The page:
Peer Tips

Here you will find advice from current and past students on selecting and completing your Common Core courses, tips for completing assignments, and engaging in Common Core’s extra-curricular activities.

General Advice

Generally, an undergraduate student for a four-year degree needs to take 36 credits from Common Core to graduate (for five-year degrees and other special cases, please refer to the Faculty requirements).

You must take at least one and no more than two Common Core courses from each Area of Inquiry.

There may be time clashes between Common Core and your other courses and commitments, so plan your schedule before course registration.

You may not be able to enrol in the courses of your preference for reasons such as limited quotas, so always have a backup plan!

Read the information on the course page, look at the readings, and watch course trailers. Don’t pick courses you are not interested in because you heard the teachers give good grades (this is a popular myth but not true).

Contrary to popular myth, the grades awarded across all Common Core courses tend to be remarkably uniform from one semester to the next. There aren’t any courses that are known for consistently awarding higher grades. Therefore, students are encouraged to select courses that align with their interests.

You may want to earn a minor (or cluster) by picking courses from certain thematic clusters.

Remember you may only select six (6) Common Core courses. Therefore, you should carefully make your course selection to ensure that you meet the necessary minor requirements.

Getting the best out of university entails catering your learning experience towards your career, yes. Also remember, education is a component of personal development — being a good person with the tools, attitudes and creative reflexes to adapt to uncertainty, new processes and phenomena in our societies and to adversity.

Make sure that you find meaningful learning experiences, in courses, study groups, friendships and the many activities of the university, as well as the Common Core!

Teachers appreciate students that are willing to experiment and be creative in their assignment tasks.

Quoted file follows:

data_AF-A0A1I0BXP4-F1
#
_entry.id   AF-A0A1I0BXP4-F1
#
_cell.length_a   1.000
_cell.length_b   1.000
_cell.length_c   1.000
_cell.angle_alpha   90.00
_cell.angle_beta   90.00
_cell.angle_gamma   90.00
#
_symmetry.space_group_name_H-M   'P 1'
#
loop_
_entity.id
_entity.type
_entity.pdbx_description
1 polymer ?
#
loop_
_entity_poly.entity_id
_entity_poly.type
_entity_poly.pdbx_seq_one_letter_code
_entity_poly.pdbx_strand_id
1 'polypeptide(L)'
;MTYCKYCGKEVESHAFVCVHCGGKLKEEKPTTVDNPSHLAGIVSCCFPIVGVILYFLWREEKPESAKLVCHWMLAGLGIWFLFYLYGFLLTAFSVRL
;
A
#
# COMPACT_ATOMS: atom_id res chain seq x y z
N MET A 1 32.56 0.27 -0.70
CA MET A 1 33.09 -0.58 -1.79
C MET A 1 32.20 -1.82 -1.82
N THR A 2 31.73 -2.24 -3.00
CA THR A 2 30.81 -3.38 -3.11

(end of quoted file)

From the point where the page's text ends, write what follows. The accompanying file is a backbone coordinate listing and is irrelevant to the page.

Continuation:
Academic rigor does not equal boring! The best academic writing communicates data, information, theory and beyond in a way that communicates human relevance and interest much like any visual or written narrative. The possibilities of story are endless when the subject is real life. After all, truth is stranger than fiction…

Your Faculty Office, your academic advisor, the Common Core Office and Consultants, and even the professors and Faculties offering Common Core courses are all willing to help you with your enquiries.

Do not hesitate to email or reach out to them when in doubt.

All your seniors should have studied Common Core courses before, their advice may be the most relevant to you!

HKU provides many online and face-to-face services to help you improve your planning and writing! The go-to department for this is HKU’s Centre for Applied English Studies (CAES) and their Communication Support Services. The Centre has student mentors and teachers that can provide personalised individual support for any of your assessments. There you may book sessions at the Writing Centre, Speaking Studio, or English Language Advising. For a comprehensive list of general writing tips, you my refer to the ‘Communication resources’ in the resources section of their website.

Don’t hesitate to reach out for support when you encounter a roadblock or preferably early in the writing process!

The service is FREE for HKU students.

If you are feeling overwhelmed by your studies or other problems, you should seek assistance from the Centre of Development and Resources for Students (CEDARS). CEDARS can provide FREE and CONFIDENTIAL professional counselling, advice, and other support services.

Academic Honesty

Students should comply with policies around academic honesty at all time. This means undertaking work without plagiarism, cheating, or receiving unauthorised assistance from others.

For all works unless specified otherwise, please ensure you reference or cite al sources of information that is not common knowledge.

If you have any questions or concerns, you may talk with any member of the academic staff at HKU.

Co-curricular Activities @ Common Core

If you are interested in venturing beyond just the curriculum, Common Core offers a range of voluntary co-curricular programmes and activities that you may be interested in participating in. These opportunities include competitions, seminars, global exchanges, internships, and research projects. Some activities may include the payment of prize monies, honorarium, and student fellowships. You also have the chance to earn out-of-classroom academic credits by successfully completing the programmes that appears on your Academic Attainment Profile (transcript).

The co-curricular activities are aimed at helping you build a portfolio and develop capacities to enhance your future professional and personal lives. Based on feedback from past students, co-curricular activities are also great ways to build friendships.

However, if you participate in these projects, please ensure you are fully committed to actively participate and conduct yourself respectfully to all peers, staff, and community partners involved. Common Core reserves the right, in its sole and absolute discretion, to terminate or disqualify any student’s enrollment/ participation to the any of the research programmes. This may occur due to various reasons, including but not limited to, changes in project requirements, availability of resources, academic performance, student conduct and behaviour, or unforeseen circumstances.